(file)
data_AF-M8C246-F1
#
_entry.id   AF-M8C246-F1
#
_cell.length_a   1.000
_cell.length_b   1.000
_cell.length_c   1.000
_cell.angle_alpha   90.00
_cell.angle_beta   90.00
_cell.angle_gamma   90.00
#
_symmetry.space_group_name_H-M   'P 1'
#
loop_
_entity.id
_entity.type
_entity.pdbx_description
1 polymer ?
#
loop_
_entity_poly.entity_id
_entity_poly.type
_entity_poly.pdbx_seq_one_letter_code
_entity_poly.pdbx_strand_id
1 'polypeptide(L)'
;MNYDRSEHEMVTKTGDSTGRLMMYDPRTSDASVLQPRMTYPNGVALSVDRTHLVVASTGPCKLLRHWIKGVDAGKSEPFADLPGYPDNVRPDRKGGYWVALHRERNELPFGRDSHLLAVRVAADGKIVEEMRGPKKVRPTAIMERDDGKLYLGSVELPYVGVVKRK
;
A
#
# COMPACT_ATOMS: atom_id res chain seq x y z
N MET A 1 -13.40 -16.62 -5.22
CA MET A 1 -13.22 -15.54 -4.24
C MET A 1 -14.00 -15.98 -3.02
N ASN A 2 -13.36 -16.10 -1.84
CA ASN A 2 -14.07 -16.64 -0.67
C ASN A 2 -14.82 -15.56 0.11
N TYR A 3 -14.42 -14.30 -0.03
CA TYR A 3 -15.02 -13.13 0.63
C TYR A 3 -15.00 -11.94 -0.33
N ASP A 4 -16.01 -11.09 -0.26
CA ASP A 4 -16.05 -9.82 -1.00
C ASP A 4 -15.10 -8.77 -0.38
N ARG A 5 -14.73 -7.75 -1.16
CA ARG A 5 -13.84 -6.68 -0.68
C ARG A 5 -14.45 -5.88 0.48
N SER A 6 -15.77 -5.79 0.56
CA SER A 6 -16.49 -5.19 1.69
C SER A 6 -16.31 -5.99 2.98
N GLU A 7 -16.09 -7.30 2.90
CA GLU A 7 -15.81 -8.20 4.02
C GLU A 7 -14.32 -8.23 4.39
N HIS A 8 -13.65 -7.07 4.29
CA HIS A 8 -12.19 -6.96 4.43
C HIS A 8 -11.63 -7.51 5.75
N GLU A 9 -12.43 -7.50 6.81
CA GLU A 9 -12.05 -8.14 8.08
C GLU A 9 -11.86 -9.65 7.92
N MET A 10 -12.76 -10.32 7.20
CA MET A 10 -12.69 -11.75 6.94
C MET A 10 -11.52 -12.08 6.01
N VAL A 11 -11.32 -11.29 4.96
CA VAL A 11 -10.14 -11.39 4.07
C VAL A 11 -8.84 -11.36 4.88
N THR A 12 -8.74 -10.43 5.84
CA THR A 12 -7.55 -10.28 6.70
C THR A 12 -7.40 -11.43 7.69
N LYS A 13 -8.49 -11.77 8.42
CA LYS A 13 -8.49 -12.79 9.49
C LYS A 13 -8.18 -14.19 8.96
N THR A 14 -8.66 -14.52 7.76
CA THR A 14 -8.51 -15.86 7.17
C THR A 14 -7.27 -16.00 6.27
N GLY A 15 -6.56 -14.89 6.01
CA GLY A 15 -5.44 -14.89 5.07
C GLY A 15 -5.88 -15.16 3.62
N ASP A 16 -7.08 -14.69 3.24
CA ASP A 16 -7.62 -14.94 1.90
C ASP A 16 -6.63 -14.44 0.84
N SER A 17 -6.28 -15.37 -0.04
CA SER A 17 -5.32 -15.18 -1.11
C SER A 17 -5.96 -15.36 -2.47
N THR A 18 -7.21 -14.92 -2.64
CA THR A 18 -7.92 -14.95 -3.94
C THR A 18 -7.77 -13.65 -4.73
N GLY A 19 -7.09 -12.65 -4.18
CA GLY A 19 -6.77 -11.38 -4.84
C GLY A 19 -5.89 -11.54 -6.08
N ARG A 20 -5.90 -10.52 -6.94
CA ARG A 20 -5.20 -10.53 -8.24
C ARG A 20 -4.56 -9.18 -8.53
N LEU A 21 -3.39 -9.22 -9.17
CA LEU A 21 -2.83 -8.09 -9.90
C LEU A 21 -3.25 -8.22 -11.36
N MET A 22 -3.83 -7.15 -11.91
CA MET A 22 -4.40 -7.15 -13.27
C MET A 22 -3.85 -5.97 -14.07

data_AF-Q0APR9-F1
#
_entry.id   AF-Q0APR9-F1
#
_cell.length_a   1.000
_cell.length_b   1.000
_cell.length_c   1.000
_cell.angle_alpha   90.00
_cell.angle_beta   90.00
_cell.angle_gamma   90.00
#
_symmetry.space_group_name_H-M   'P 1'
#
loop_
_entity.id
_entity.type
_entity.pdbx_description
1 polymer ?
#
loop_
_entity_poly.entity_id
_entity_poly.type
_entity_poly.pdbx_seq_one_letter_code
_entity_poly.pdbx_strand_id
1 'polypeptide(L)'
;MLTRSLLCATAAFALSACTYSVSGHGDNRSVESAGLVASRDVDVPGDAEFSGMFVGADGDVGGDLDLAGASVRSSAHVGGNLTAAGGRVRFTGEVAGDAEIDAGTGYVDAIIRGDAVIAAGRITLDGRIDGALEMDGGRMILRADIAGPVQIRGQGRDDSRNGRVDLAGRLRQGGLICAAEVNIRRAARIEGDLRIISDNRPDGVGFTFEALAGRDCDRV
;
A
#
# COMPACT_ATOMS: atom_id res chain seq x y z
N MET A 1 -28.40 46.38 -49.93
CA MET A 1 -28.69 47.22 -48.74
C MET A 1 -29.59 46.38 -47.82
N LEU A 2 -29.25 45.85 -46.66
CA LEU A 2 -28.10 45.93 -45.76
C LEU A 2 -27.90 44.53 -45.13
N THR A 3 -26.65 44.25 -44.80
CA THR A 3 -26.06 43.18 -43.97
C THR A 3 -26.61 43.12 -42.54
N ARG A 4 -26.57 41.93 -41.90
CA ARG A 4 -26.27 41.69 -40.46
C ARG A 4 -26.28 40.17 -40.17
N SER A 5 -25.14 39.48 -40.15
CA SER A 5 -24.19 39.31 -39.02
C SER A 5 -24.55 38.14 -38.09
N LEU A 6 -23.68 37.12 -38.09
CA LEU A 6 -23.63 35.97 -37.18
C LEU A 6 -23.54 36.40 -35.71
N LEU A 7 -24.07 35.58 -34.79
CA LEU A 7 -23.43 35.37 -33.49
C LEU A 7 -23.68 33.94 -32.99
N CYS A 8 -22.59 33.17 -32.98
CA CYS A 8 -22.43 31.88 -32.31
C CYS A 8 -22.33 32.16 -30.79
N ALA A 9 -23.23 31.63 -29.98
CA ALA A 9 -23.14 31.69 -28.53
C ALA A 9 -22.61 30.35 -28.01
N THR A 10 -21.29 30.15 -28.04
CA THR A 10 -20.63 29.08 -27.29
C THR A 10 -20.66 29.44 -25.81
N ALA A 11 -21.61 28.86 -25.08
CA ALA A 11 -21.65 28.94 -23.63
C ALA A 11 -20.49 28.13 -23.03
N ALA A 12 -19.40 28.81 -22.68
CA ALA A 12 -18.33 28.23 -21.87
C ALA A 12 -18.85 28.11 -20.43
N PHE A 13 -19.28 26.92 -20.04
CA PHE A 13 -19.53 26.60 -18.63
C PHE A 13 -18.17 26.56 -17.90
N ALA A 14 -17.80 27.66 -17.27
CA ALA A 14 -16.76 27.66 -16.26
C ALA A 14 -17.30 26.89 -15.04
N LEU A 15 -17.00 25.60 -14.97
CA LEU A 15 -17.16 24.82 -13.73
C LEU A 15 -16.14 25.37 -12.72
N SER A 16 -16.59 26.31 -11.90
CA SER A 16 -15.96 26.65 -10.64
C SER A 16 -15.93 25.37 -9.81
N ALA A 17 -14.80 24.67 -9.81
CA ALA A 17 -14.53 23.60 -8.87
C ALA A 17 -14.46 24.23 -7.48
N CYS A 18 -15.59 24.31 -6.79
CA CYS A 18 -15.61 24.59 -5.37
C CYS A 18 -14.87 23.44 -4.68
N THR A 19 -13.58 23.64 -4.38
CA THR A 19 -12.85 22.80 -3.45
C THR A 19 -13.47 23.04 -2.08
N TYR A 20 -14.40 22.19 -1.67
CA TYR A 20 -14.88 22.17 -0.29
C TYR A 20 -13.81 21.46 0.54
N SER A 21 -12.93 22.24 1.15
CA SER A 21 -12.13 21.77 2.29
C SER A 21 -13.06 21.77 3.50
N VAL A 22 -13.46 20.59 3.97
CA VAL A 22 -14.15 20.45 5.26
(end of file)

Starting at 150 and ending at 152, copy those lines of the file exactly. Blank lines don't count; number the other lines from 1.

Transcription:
C CYS A 8 -22.33 32.16 -30.79
N ALA A 9 -23.23 31.63 -29.98
CA ALA A 9 -23.14 31.69 -28.53